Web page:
Azithromycin to Reduce Childhood Mortality in Sub-Saharan Africa
BACKGROUND: We hypothesized that mass distribution of a broad-spectrum antibiotic agent to preschool children would reduce mortality in areas of sub-Saharan Africa that are currently far from meeting the Sustainable Development Goals of the United Nations.
METHODS: In this cluster-randomized trial, we assigned communities in Malawi, Niger, and Tanzania to four twice-yearly mass distributions of either oral azithromycin (approximately 20 mg per kilogram of body weight) or placebo. Children 1 to 59 months of age were identified in twice-yearly censuses and were offered participation in the trial. Vital status was determined at subsequent censuses. The primary outcome was aggregate all-cause mortality; country-specific rates were assessed in prespecified subgroup analyses.
RESULTS: A total of 1533 communities underwent randomization, 190,238 children were identified in the census at baseline, and 323,302 person-years were monitored. The mean (±SD) azithromycin and placebo coverage over the four twice-yearly distributions was 90.4±10.4%. The overall annual mortality rate was 14.6 deaths per 1000 person-years in communities that received azithromycin (9.1 in Malawi, 22.5 in Niger, and 5.4 in Tanzania) and 16.5 deaths per 1000 person-years in communities that received placebo (9.6 in Malawi, 27.5 in Niger, and 5.5 in Tanzania). Mortality was 13.5% lower overall (95% confidence interval [CI], 6.7 to 19.8) in communities that received azithromycin than in communities that received placebo (P<0.001); the rate was 5.7% lower in Malawi (95% CI, −9.7 to 18.9), 18.1% lower in Niger (95% CI, 10.0 to 25.5), and 3.4% lower in Tanzania (95% CI, −21.2 to 23.0). Children in the age group of 1 to 5 months had the greatest effect from azithromycin (24.9% lower mortality than that with placebo; 95% CI, 10.6 to 37.0). Serious adverse events occurring within a week after administration of the trial drug or placebo were uncommon, and the rate did not differ significantly between the groups. Evaluation of selection for antibiotic resistance is ongoing.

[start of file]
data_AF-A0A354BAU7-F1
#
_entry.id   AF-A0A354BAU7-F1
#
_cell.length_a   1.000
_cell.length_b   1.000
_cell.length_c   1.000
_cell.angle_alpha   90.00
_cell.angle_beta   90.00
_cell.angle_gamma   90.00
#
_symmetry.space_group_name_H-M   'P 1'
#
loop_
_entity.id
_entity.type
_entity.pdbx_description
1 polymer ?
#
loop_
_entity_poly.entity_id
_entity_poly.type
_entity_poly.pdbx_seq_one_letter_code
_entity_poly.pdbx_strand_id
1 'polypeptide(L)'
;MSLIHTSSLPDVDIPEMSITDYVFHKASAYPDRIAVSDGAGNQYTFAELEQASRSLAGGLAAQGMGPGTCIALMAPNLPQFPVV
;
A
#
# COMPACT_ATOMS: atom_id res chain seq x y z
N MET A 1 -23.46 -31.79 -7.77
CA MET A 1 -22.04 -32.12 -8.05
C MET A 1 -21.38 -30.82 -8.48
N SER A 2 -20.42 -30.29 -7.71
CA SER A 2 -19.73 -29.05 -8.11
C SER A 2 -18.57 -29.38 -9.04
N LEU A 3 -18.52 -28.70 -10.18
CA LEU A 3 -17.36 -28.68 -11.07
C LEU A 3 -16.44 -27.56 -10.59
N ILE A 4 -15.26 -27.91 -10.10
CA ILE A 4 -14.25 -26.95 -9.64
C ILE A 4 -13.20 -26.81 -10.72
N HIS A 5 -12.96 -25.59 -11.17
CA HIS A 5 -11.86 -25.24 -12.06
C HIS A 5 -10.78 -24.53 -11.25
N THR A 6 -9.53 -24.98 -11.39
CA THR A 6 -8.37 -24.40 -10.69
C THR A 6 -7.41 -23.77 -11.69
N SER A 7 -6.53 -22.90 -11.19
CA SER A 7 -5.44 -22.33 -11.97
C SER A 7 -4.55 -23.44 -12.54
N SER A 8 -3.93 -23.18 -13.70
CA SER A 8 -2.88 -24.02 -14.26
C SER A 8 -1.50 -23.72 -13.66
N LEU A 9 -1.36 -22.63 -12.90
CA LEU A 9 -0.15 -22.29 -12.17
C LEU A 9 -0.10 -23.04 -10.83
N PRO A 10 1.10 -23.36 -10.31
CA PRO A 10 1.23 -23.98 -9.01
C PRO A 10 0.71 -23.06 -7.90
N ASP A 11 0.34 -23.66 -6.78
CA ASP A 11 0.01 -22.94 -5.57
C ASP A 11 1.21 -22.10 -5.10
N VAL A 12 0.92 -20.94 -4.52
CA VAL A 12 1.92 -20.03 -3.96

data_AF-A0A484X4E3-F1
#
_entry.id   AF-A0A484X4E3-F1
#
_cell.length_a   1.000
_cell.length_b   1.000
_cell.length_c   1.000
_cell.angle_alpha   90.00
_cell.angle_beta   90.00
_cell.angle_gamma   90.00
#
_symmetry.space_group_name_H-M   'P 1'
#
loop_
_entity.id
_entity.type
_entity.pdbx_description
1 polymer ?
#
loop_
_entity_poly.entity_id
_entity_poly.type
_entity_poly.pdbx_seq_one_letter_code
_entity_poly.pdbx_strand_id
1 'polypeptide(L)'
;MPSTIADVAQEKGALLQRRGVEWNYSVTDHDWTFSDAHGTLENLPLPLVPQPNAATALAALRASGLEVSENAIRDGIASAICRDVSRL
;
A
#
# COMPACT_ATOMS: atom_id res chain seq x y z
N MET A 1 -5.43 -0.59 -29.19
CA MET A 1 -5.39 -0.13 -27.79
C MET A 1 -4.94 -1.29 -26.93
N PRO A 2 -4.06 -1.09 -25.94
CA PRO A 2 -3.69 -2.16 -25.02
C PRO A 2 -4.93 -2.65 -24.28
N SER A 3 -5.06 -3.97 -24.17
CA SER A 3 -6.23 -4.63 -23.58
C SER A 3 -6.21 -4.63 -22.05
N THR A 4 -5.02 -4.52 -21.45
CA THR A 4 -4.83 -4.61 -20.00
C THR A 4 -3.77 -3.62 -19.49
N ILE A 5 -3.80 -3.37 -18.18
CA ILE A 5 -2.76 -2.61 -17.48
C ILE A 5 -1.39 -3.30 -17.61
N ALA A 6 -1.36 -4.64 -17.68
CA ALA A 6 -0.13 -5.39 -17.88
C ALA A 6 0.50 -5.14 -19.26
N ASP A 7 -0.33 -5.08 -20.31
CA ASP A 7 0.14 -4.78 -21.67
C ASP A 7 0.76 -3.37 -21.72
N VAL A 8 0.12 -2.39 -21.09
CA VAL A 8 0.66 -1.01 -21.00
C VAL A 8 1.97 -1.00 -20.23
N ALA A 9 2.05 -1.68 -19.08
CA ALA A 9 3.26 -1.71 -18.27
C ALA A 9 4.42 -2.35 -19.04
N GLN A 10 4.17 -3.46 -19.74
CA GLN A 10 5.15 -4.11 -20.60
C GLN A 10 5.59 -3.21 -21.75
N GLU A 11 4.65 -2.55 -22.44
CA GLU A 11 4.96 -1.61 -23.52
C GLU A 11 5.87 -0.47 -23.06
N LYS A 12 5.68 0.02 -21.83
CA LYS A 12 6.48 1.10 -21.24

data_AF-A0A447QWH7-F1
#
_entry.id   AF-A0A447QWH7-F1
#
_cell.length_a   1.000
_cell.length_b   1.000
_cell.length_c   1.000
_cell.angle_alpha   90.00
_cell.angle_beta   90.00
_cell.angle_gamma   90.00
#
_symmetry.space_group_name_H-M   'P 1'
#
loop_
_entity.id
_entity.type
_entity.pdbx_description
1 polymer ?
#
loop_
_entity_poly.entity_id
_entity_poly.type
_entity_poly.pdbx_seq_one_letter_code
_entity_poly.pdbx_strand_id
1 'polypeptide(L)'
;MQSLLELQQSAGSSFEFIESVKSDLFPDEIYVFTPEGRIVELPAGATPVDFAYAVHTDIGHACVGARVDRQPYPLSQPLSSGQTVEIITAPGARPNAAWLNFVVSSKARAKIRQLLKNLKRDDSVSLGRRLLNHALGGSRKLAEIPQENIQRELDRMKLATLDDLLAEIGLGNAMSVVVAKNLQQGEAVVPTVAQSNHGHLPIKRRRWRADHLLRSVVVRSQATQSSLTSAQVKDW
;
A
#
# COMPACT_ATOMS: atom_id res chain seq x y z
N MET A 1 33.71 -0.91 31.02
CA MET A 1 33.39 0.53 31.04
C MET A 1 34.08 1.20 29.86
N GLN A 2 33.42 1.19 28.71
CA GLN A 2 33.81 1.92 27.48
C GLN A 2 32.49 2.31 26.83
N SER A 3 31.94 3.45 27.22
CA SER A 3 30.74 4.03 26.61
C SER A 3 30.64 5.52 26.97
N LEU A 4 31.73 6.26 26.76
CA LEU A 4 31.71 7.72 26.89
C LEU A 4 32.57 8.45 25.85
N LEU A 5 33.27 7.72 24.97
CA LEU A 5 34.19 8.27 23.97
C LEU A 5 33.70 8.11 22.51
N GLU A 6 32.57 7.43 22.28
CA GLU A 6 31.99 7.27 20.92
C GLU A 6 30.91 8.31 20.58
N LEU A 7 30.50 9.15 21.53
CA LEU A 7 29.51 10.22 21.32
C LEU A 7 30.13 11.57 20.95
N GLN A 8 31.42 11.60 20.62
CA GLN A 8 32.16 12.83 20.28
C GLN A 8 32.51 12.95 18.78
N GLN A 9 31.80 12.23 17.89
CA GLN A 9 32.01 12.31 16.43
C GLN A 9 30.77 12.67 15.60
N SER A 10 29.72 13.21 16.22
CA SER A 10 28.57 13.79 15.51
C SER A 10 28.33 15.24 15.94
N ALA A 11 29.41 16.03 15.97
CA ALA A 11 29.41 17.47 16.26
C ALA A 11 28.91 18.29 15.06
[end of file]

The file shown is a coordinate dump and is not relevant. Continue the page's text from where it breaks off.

CONCLUSIONS: Among postneonatal, preschool children in sub-Saharan Africa, childhood mortality was lower in communities randomly assigned to mass distribution of azithromycin than in those assigned to placebo, with the largest effect seen in Niger. Any implementation of a policy of mass distribution would need to strongly consider the potential effect of such a strategy on antibiotic resistance. (Funded by the Bill and Melinda Gates Foundation; MORDOR ClinicalTrials.gov number, NCT02047981.)